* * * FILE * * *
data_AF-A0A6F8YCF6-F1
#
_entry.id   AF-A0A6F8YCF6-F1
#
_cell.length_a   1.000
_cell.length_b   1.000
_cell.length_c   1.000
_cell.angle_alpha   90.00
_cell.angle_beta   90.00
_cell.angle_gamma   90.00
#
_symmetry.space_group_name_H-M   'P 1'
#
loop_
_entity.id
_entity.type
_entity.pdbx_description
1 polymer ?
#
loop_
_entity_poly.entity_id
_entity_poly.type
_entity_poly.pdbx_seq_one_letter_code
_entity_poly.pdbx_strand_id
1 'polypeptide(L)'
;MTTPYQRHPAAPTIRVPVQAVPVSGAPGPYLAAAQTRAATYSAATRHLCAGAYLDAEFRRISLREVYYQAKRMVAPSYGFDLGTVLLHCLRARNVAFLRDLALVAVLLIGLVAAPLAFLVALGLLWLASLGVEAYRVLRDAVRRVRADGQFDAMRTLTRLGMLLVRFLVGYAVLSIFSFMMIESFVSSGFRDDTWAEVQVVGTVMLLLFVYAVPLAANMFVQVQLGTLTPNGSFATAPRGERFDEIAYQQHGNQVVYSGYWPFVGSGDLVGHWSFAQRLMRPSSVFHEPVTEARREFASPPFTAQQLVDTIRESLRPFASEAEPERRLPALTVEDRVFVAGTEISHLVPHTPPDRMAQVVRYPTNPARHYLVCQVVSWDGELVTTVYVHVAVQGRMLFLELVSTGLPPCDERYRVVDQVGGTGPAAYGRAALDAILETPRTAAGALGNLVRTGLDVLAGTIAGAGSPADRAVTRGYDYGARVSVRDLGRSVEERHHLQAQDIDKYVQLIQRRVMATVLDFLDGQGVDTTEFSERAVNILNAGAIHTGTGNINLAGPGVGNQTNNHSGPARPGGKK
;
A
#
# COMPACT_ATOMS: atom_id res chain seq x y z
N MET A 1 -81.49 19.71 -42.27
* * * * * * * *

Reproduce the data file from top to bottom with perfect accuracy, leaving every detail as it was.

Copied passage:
data_AF-A0A6F8YCF6-F1
#
_entry.id   AF-A0A6F8YCF6-F1
#
_cell.length_a   1.000
_cell.length_b   1.000
_cell.length_c   1.000
_cell.angle_alpha   90.00
_cell.angle_beta   90.00
_cell.angle_gamma   90.00
#
_symmetry.space_group_name_H-M   'P 1'
#
loop_
_entity.id
_entity.type
_entity.pdbx_description
1 polymer ?
#
loop_
_entity_poly.entity_id
_entity_poly.type
_entity_poly.pdbx_seq_one_letter_code
_entity_poly.pdbx_strand_id
1 'polypeptide(L)'
;MTTPYQRHPAAPTIRVPVQAVPVSGAPGPYLAAAQTRAATYSAATRHLCAGAYLDAEFRRISLREVYYQAKRMVAPSYGFDLGTVLLHCLRARNVAFLRDLALVAVLLIGLVAAPLAFLVALGLLWLASLGVEAYRVLRDAVRRVRADGQFDAMRTLTRLGMLLVRFLVGYAVLSIFSFMMIESFVSSGFRDDTWAEVQVVGTVMLLLFVYAVPLAANMFVQVQLGTLTPNGSFATAPRGERFDEIAYQQHGNQVVYSGYWPFVGSGDLVGHWSFAQRLMRPSSVFHEPVTEARREFASPPFTAQQLVDTIRESLRPFASEAEPERRLPALTVEDRVFVAGTEISHLVPHTPPDRMAQVVRYPTNPARHYLVCQVVSWDGELVTTVYVHVAVQGRMLFLELVSTGLPPCDERYRVVDQVGGTGPAAYGRAALDAILETPRTAAGALGNLVRTGLDVLAGTIAGAGSPADRAVTRGYDYGARVSVRDLGRSVEERHHLQAQDIDKYVQLIQRRVMATVLDFLDGQGVDTTEFSERAVNILNAGAIHTGTGNINLAGPGVGNQTNNHSGPARPGGKK
;
A
#
# COMPACT_ATOMS: atom_id res chain seq x y z
N MET A 1 -81.49 19.71 -42.27